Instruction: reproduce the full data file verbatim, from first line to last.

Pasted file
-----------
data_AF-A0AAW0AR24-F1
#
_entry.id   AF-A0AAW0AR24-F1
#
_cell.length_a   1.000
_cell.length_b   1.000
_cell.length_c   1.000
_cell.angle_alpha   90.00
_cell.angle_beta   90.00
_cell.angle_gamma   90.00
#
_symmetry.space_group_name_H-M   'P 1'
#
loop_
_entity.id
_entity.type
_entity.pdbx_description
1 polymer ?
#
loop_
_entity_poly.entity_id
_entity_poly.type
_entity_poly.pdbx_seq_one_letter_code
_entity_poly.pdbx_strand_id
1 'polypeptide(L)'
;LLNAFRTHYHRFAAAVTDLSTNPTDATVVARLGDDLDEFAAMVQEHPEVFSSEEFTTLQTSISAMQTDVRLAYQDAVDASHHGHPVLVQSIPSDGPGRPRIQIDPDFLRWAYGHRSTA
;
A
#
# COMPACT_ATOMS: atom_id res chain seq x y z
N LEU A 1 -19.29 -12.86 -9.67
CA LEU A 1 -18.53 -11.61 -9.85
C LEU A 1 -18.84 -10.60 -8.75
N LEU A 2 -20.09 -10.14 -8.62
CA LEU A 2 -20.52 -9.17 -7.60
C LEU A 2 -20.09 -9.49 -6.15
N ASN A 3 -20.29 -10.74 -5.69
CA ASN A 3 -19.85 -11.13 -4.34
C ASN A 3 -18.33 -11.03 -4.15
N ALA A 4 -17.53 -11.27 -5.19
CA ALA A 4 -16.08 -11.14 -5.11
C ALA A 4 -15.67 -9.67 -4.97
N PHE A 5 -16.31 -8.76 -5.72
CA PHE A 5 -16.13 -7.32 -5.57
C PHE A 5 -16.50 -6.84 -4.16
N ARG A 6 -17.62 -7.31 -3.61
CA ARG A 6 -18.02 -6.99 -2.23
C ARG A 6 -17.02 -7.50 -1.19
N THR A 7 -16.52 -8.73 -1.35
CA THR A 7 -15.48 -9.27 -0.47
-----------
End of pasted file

data_AF-A0AAW0AR24-F1
#
_entry.id   AF-A0AAW0AR24-F1
#
_cell.length_a   1.000
_cell.length_b   1.000
_cell.length_c   1.000
_cell.angle_alpha   90.00
_cell.angle_beta   90.00
_cell.angle_gamma   90.00
#
_symmetry.space_group_name_H-M   'P 1'
#
loop_
_entity.id
_entity.type
_entity.pdbx_description
1 polymer ?
#
loop_
_entity_poly.entity_id
_entity_poly.type
_entity_poly.pdbx_seq_one_letter_code
_entity_poly.pdbx_strand_id
1 'polypeptide(L)'
;LLNAFRTHYHRFAAAVTDLSTNPTDATVVARLGDDLDEFAAMVQEHPEVFSSEEFTTLQTSISAMQTDVRLAYQDAVDASHHGHPVLVQSIPSDGPGRPRIQIDPDFLRWAYGHRSTA
;
A
#
# COMPACT_ATOMS: atom_id res chain seq x y z
N LEU A 1 -19.29 -12.86 -9.67
CA LEU A 1 -18.53 -11.61 -9.85
C LEU A 1 -18.84 -10.60 -8.75
N LEU A 2 -20.09 -10.14 -8.62
CA LEU A 2 -20.52 -9.17 -7.60
C LEU A 2 -20.09 -9.49 -6.15
N ASN A 3 -20.29 -10.74 -5.69
CA ASN A 3 -19.85 -11.13 -4.34
C ASN A 3 -18.33 -11.03 -4.15
N ALA A 4 -17.53 -11.27 -5.19
CA ALA A 4 -16.08 -11.14 -5.11
C ALA A 4 -15.67 -9.67 -4.97
N PHE A 5 -16.31 -8.76 -5.72
CA PHE A 5 -16.13 -7.32 -5.57
C PHE A 5 -16.50 -6.84 -4.16
N ARG A 6 -17.62 -7.31 -3.61
CA ARG A 6 -18.02 -6.99 -2.23
C ARG A 6 -17.02 -7.50 -1.19
N THR A 7 -16.52 -8.73 -1.35
CA THR A 7 -15.48 -9.27 -0.47